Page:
18 April 2006


A photographic list of all the local birds I can catch on camera. The surprising thing is that the most common and most obvious ones - the ravens, currawongs, ibis and egrets - seem to be the most shy, and I'm having real trouble getting close enough to photograph them. The pics aren't terrific even when I CAN photograph them, but they're the best I can do within the limits of the camera's ability** and my patience.

Anyway, I intend to keep updating this list if I can come up with better versions of each photo, but this will depend on how long my enthusiasm lasts. Could be a day, could be a week...

PS. Clicking on a picture will show the image in a slightly larger size.

Australian Magpie (Gymnorhina tibicen)

Australian Raven (Corvus coronoides)

Black-Cockatoo, Yellow-tailed (Calyptorhynchus funereus)

Yellow-tailed Black-Cockatoo 2

Cattle Egret (Ardea ibis)

Crested Pigeon (Geophaps lophotes)

Eastern Rosella (Platycercus eximius)

Eastern Rosella 2

Grey Fantail (Rhipidura fuliginosa)?

Grey Fantail 2?

Laughing Kookaburra (Dacelo novaeguineae)

Lewin's Honeyeater (Meliphaga lewinii)

Masked Lapwing (Plover) (Vanellus miles)
When I approach them on foot, these birds fly away before I can get close enough for a photo. But today I was driving along beside the road on a very noisy ride-on mower while 3 birds were walking on the road (there's not much traffic to worry about) and they weren't perturbed at all. I was only a few metres away from this one, and it just stood and watched me for a while, then wandered off. Very strange.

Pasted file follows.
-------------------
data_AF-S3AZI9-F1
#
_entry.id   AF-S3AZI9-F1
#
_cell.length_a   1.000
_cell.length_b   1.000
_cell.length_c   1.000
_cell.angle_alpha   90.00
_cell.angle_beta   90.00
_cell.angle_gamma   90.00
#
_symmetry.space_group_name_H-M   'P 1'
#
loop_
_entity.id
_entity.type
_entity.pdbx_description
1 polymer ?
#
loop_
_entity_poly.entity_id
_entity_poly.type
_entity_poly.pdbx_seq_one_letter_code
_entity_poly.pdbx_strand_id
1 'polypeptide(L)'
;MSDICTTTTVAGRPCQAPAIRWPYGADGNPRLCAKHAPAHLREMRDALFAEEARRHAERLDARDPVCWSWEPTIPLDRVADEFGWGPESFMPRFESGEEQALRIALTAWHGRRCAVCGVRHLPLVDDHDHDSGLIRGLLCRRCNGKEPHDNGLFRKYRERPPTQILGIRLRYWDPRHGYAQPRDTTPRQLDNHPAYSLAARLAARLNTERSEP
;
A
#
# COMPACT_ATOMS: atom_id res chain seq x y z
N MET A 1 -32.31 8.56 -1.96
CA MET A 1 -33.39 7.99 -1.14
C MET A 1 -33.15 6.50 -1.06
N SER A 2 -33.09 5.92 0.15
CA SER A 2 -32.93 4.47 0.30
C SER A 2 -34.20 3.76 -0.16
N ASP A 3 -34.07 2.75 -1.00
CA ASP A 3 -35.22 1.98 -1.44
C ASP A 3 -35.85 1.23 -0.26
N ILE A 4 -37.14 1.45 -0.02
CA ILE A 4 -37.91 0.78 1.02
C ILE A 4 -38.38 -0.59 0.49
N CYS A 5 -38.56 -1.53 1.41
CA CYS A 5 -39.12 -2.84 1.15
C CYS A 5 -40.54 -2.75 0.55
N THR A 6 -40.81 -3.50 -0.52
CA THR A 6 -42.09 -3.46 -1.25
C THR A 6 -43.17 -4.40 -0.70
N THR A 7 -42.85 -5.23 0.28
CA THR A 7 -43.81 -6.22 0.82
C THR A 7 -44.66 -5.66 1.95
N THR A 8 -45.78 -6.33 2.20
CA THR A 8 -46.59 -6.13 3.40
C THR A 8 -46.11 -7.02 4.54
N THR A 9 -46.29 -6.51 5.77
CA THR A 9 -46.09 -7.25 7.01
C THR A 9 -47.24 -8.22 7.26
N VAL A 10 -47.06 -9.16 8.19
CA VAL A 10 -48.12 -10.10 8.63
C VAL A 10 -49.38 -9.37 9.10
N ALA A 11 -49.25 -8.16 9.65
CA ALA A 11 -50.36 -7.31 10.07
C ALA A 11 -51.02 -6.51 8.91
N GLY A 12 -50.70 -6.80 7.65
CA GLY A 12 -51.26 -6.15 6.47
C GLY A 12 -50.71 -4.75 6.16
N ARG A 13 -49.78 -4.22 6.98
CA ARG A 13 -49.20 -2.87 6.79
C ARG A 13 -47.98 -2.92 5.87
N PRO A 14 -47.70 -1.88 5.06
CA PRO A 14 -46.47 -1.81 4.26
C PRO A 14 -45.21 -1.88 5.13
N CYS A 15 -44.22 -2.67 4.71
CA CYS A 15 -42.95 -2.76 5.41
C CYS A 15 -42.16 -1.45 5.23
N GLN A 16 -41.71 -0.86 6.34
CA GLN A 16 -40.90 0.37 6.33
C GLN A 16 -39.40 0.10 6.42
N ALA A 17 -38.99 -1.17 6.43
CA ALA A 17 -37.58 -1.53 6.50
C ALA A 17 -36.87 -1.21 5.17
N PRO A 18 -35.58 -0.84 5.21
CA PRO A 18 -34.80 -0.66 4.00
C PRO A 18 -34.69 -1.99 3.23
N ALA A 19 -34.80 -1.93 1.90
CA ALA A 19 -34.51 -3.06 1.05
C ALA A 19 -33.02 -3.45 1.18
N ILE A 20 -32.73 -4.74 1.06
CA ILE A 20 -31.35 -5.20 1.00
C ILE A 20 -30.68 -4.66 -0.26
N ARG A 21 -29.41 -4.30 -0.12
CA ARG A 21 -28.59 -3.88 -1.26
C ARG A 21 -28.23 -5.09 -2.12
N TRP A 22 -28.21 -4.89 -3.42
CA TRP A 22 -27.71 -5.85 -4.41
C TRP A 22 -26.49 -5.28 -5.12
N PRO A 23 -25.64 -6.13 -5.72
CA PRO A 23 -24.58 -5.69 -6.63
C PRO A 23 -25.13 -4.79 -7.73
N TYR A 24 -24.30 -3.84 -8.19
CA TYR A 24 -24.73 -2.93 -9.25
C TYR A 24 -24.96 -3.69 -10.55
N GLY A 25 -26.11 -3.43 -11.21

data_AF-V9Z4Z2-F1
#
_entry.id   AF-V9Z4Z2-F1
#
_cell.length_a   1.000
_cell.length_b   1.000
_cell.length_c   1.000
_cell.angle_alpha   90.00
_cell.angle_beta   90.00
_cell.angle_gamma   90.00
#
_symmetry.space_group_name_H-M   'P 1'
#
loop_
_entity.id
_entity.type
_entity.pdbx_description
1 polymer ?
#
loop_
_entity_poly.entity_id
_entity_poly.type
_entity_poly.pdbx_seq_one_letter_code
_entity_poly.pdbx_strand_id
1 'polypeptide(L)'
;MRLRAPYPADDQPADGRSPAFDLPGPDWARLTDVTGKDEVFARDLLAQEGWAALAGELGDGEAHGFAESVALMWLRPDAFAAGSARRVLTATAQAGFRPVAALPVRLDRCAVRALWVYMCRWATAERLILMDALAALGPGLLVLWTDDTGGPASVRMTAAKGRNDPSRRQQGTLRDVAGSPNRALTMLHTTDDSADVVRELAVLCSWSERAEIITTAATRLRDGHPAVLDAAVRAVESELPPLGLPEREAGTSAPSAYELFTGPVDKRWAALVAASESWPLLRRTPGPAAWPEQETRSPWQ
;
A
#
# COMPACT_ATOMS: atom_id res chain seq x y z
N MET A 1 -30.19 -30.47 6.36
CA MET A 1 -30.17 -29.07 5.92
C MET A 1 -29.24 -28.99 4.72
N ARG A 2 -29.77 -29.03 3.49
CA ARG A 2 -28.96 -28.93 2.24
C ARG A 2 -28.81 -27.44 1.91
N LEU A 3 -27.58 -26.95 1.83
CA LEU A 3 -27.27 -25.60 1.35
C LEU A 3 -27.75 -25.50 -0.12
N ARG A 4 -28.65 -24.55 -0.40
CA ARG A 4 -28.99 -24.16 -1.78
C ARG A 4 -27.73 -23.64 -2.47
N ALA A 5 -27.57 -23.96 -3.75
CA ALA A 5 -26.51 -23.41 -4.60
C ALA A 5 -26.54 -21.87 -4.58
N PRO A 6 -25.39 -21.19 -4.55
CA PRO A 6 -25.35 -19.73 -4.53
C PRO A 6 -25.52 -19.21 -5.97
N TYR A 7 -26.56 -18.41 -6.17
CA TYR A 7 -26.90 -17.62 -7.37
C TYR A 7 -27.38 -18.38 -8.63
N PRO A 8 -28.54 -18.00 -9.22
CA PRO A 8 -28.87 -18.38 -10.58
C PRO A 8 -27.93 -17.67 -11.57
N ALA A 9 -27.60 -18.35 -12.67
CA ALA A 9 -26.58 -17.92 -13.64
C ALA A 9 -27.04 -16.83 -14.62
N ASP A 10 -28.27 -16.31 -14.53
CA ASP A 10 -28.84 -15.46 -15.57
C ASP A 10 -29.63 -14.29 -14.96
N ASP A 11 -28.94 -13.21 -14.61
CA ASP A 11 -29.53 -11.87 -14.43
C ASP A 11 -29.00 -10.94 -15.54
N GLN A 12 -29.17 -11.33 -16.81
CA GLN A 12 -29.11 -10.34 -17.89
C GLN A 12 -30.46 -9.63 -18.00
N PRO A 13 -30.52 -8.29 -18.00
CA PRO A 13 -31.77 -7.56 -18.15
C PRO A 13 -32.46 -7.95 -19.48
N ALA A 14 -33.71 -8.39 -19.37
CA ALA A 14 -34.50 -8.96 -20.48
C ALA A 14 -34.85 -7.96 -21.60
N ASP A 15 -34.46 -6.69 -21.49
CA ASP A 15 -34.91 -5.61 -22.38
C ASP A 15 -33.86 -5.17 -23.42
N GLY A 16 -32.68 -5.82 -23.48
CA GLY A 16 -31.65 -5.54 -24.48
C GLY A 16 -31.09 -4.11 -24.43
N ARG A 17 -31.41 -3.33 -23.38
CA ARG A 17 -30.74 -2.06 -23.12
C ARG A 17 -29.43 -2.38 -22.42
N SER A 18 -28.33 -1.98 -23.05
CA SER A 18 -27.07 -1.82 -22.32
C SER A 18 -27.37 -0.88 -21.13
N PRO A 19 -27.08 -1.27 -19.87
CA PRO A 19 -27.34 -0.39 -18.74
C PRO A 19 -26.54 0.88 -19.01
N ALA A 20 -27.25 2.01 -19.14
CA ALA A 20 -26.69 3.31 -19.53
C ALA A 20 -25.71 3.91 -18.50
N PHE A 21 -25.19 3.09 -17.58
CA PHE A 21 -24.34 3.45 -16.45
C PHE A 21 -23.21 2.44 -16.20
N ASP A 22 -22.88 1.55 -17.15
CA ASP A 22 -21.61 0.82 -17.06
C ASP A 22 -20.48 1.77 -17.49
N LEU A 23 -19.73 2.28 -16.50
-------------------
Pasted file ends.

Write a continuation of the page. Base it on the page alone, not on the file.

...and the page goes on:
Noisy Miner (Manorina melanocephala)
When I was at primary school, we called these birds Squeakers. I don't know whether it's a name that was used more widely or only in our school, but regardless, it was appropriate. They do sound squeaky at times (they're not called Noisy for nothing).

Pied Butcherbird (Cracticus nigrogularis)

Pied Butcherbird 2 (immature)

Pied Currawong (Strepera graculina)

Rainbow Bee-eater (Merops ornatus)

Red-browed Firetail (Neochmia temporalis)

Scaly-breasted Lorikeet (Trichoglossus chlorolepidotus)

Scaly-breasted Lorikeet 2

Scarlet Honeyeater (Myzomela sanguinolenta)

Straw-necked Ibis (Threskiornis spinicollis)

Superb Fairy-wren, female (Malurus cyaneus)

Wedge-tailed Eagle (Aquila audax)

Wedge-tailed Eagle 2

Wedge-tailed Eagle 3

Welcome Swallow (Hirundo neoxena)

Welcome Swallow 2 & morning moon, 19 April 2006.

White Ibis (Threskiornis molucca)

White-faced Heron (Ardea novaehollandiae)

Willie Wagtail (Whipidura leucophrys)

Too impossibly cute.

** I'm using a Konica Minolta DiMage X31 which - for a fully automatic basic camera - is a thing of wonder, but its lens isn't designed for doing long-range closeups. So I'm shooting at a high image-quality setting (2048 x 1536 pixels) and then trimming the pictures back to 400 x 300 pixels using Adobe PhotoDeluxe (Home Edition v.3; it's pretty old now). In its "Save & Send: To World Wide Web" section, the Adobe allows you to trim, then check the size, then retrim, recheck the size... on and on for as long as you like, something that's not available in the camera's editing software.

Anyway, here's what it looks like:

(1) the original shot, not trimmed (resized here to 400 x 300 pixels)

(2) the same shot, trimmed to 400 x 300

Black-shouldered Kite (Elanus axillaris)?
It looks black because the exposure is hopeless, but in fact this bird is mostly white. It was hovering over the hillside like this, looking at the ground, then flying a bit further forward and hovering again.